Maternal and Infant Health Program Maternal and Infant Health Program

  SLC area: (801) 273-2871

  SLC area: (801) 274-0674

  Maternal and Infant Health Program
  P.O. Box 142002
  Salt Lake City UT

Early Pregnancy


You may feel cramps in the first few weeks after you get pregnant. This is due to the growth of the uterus. It may feel like cramping during a period. Don’t worry about it unless you also have bleeding or the pain is very bad.


Tell your doctor or midwife right away about any vaginal bleeding. Some causes of bleeding are nothing to worry about. Other times, you may need help right away. Your doctor or midwife can help you know if the bleeding is a problem or not. Some causes are:

  • Implantation. There can be bleeding as the fertilized egg attaches to the uterus. This is light spotting and lasts for only a few days.
  • The hormones of pregnancy cause the cervix to bleed easily. Some women have spotting after sex, or after the doctor or midwife checks the cervix.
  • Non-cancerous growths, such as polyps and fibroids can cause bleeding. These may be checked by ultrasound. Mostly, these growths are not a problem.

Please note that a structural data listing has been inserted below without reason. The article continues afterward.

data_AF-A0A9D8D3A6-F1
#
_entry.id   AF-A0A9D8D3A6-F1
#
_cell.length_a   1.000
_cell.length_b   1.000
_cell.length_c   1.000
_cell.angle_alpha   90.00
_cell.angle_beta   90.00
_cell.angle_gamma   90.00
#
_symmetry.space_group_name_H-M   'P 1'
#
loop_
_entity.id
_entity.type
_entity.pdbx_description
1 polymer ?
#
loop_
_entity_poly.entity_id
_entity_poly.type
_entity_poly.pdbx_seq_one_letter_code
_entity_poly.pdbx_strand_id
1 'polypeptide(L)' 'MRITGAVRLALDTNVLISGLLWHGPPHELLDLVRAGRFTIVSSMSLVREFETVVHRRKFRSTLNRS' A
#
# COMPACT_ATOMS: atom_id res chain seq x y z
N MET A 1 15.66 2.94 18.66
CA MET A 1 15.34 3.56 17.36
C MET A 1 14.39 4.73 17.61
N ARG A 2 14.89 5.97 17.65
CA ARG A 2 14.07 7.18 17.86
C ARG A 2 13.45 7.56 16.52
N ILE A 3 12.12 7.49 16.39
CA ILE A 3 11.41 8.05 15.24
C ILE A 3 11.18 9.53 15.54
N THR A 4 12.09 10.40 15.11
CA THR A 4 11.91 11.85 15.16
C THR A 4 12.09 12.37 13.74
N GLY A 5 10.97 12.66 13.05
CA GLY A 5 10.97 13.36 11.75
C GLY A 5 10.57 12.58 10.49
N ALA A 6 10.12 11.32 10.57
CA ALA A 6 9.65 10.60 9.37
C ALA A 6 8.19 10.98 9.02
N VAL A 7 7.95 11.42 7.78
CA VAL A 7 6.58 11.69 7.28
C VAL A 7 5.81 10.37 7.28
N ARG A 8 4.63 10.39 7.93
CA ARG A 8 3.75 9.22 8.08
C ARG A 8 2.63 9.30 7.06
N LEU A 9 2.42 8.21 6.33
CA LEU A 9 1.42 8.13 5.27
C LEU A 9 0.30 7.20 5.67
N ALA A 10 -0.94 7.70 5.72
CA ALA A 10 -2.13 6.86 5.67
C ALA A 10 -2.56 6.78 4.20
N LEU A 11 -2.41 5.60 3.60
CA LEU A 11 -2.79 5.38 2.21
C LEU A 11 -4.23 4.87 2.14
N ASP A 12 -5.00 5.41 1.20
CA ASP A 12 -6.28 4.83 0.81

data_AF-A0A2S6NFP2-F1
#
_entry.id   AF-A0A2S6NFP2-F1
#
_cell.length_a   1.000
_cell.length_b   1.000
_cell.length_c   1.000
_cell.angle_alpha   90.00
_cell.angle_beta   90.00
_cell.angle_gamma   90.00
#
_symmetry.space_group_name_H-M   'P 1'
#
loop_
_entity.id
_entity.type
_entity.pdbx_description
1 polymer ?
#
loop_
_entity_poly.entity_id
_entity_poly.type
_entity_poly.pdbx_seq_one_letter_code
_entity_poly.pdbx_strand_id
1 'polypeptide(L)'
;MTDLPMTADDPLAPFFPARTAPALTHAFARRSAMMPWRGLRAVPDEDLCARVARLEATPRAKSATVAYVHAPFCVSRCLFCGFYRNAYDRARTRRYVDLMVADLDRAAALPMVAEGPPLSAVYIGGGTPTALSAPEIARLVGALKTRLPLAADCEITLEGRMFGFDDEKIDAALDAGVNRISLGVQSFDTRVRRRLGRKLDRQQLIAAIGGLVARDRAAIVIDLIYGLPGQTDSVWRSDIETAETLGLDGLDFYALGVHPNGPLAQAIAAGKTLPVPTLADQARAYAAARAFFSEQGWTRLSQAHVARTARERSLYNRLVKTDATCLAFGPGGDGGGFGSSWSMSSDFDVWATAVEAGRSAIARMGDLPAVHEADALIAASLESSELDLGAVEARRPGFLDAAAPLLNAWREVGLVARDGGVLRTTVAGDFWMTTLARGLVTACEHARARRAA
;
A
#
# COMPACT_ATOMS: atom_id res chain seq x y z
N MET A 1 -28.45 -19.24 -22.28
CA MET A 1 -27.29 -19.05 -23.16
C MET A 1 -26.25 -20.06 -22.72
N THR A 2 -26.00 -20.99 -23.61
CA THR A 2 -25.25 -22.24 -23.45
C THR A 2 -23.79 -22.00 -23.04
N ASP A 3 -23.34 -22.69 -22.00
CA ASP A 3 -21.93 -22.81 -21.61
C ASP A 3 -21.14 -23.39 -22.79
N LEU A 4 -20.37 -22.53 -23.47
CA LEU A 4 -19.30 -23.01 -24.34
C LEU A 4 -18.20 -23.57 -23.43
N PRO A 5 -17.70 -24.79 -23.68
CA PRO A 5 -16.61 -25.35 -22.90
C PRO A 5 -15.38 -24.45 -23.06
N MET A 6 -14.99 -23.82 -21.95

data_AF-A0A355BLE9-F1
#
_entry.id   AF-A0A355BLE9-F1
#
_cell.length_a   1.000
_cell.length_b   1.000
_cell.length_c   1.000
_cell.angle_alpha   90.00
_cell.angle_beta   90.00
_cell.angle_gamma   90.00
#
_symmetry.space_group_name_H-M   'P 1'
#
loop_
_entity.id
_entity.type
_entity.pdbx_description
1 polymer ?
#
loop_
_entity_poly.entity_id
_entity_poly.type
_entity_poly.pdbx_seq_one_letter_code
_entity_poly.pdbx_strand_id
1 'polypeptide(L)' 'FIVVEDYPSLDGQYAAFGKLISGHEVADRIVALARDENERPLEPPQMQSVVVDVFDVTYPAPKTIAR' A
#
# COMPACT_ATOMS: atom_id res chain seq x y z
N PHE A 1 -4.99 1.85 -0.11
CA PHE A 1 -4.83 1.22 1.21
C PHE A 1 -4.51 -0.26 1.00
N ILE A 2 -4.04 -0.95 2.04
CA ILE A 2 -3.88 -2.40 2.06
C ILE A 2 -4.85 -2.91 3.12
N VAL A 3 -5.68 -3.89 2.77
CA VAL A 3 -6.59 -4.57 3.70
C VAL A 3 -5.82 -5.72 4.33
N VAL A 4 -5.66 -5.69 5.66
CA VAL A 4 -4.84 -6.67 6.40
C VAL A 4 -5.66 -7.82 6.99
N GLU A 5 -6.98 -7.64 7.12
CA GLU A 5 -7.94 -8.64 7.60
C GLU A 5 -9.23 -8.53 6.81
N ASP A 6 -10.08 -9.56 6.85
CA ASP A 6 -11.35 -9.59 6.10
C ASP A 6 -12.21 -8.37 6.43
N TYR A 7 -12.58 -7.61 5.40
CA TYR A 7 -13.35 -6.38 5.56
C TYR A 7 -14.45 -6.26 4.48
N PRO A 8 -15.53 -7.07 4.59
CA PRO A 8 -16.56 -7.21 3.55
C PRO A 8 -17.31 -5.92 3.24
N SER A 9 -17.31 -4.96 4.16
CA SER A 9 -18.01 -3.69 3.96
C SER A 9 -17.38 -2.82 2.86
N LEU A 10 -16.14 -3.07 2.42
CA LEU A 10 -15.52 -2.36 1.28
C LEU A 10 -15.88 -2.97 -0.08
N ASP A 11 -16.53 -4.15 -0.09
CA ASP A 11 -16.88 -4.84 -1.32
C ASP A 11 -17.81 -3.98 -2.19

• Miscarriage. Severe cramping and bleeding in the first trimester can be a sign of miscarriage. If this happens, seek the help of your doctor or midwife.
  • Placenta problems. Sometimes, the placenta can tear away from the uterus or grow too close to the cervix. If this happens, your doctor or midwife may have you rest in bed until the bleeding stops. Rarely, the bleeding is very heavy. If this happens, get help right away.
Ectopic Pregnancy

Ectopic pregnancy is when the baby grows in a place outside the uterus, such as in the Fallopian Tubes. This is very dangerous. Call your doctor or midwife right away if you have these symptoms:
  • Pain the stomach area that moves to the chest or shoulder. It can be ild or sudden and severe.
  • Bleeding spots of brown blood from the vagina. Heavy bleeding is rare.
  • Dizziness.

Make a Plan

We hope that your pregnancy is safe and happy. But just in case, talk to your doctor or midwife about what to do in case of a problem.

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For more information:

What to Expect When You're Expecting
by Arlene Eisenberg, Heidi E. Murkoff, and Sandee E. Hathaway